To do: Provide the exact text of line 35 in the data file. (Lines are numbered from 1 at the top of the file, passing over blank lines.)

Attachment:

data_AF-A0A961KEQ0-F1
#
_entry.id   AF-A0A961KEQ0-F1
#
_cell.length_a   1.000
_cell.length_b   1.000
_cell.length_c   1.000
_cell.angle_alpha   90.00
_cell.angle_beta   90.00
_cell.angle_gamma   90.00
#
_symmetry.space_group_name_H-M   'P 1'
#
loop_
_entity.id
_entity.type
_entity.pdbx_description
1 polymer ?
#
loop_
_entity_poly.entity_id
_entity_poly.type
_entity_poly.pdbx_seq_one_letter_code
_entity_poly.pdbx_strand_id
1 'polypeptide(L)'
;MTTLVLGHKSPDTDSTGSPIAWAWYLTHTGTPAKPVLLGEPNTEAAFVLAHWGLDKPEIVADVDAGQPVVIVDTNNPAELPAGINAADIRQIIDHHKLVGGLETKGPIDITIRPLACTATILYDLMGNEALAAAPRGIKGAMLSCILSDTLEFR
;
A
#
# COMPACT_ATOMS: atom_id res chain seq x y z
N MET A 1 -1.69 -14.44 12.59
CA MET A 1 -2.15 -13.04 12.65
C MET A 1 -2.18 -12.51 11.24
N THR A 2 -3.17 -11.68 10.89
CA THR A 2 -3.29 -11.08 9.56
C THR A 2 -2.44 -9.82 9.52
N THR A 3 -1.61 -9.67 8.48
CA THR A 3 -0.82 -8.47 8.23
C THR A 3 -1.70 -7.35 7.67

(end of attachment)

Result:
CA THR A 2 -3.29 -11.08 9.56